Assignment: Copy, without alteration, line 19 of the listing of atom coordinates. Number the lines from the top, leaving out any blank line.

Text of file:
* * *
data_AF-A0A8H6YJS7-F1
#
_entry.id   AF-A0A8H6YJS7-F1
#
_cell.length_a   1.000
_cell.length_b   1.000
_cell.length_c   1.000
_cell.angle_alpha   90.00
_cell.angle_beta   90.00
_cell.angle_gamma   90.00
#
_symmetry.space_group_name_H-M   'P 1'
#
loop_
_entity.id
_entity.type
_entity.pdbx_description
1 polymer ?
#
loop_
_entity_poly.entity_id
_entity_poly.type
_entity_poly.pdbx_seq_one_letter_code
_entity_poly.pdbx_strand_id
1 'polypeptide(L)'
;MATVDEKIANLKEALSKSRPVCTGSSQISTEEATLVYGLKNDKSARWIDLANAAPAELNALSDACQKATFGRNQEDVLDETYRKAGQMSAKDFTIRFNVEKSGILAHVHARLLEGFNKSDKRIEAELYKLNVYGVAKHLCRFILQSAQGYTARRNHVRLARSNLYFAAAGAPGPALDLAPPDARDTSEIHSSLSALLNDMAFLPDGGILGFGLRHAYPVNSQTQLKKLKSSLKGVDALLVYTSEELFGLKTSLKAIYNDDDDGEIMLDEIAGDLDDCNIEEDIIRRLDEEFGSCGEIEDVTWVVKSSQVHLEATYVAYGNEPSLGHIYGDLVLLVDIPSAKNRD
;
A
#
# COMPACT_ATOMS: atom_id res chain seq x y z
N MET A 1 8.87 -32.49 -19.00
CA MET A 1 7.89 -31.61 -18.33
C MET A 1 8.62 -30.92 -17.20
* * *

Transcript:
#